First I help clients identify, and then evaluate, beliefs about rumination. I start this way (instead of going straight into mindfulness) because clients tend to continue to use strategies that they view as helpful. I want them to recognize that rumination is doing them more harm than good. One way to identify beliefs about rumination is to complete a cost-benefit analysis, eliciting from clients the advantages and disadvantages of rumination. Instead of using the term “rumination,” I asked them what they call the strategy (e.g., “asking myself why,” “listing all of my problems,” “trying to think my way out of depression”).
Typical advantages include “It helps me figure out my problems;” “I can come up with solutions.” “I’ll be able to know what to do next time I feel depressed.” Next we list the disadvantages, such as: “It makes me feel worse.” “Once I start, it’s hard to stop.” Then we evaluate each advantage. For instance, I asked Mark, “How often do you come up with a specific solution?” and “If ruminating helped you solve your problems, do you think they would be solved by now?” Next we evaluate whether the advantages or disadvantages are stronger. Clients have effectively assessed their positive beliefs about rumination when they conclude that the disadvantages outweigh the advantages. A list of the advantages and disadvantages shows clients the consequences of rumination and acts a motivator to stop the unhelpful strategy. (If the advantages are still stronger, you’ll need to either spend more time evaluating the advantages or add to the disadvantages.)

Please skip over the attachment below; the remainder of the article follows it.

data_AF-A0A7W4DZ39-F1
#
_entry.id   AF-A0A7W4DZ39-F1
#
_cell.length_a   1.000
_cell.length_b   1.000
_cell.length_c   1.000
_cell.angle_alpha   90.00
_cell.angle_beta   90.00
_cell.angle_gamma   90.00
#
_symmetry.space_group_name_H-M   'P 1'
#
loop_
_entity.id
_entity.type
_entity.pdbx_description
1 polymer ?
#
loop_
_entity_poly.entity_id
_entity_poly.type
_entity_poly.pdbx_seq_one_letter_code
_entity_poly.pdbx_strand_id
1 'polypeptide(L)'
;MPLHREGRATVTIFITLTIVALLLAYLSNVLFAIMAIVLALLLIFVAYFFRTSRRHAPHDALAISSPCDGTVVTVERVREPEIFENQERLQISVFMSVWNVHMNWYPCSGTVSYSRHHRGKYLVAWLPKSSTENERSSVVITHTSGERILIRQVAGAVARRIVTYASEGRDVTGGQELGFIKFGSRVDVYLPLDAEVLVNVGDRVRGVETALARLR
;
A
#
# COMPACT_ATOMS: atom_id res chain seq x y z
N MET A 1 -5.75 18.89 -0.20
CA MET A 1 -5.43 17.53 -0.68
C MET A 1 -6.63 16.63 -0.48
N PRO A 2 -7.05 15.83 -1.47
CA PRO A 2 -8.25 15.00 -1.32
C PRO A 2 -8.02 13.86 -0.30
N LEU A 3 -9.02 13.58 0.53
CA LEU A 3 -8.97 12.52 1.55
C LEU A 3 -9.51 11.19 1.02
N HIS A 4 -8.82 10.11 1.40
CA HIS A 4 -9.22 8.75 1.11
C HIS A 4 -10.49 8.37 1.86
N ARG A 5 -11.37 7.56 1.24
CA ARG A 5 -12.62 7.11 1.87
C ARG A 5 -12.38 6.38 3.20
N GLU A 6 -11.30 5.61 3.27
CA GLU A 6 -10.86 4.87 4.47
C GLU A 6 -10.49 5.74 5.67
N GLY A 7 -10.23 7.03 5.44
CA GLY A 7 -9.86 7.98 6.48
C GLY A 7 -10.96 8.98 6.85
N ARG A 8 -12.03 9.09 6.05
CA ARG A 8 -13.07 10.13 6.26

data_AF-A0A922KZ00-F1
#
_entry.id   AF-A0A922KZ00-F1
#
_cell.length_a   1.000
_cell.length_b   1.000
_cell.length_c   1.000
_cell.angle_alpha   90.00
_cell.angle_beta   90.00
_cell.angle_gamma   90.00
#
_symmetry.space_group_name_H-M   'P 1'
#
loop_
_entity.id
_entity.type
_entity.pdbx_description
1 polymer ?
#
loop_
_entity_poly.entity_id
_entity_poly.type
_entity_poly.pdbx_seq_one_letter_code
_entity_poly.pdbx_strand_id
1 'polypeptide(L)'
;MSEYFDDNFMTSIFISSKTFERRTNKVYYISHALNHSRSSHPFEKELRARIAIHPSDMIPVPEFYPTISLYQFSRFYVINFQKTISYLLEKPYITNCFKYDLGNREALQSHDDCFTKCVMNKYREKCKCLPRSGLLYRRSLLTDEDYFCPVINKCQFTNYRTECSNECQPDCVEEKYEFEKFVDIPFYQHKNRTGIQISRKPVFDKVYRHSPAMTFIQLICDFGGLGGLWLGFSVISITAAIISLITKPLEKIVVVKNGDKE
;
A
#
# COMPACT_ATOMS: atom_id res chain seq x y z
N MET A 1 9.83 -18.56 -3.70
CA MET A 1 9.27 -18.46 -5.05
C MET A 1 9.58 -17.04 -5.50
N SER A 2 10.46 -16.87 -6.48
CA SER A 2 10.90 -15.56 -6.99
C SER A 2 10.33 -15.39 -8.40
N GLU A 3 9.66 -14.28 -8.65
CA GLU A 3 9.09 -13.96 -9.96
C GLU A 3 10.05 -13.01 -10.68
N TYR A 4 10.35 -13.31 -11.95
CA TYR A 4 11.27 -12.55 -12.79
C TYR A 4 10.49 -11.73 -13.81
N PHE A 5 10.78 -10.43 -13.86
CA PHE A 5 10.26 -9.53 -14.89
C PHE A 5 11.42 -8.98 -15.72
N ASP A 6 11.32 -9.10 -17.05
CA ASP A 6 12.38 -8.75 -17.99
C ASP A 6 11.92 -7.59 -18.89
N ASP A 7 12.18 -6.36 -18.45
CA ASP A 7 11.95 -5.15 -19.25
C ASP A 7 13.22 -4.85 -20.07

The next step is to teach clients how to use mindfulness as a strategy to disengage from rumination. I record the mindfulness exercises (usually using clients’ cell phones) to make it easier for them to practice. Before I start, I guide clients through a rumination induction by having them close their eyes and actively think about a topic involved in their typical ruminations. I get them to simulate the process of ruminating in session so they can experience being able to disengage from the rumination process. As I noted before, this strategy should not be used with actively suicidal clients because it can increase their depressed mood and sense of hopelessness.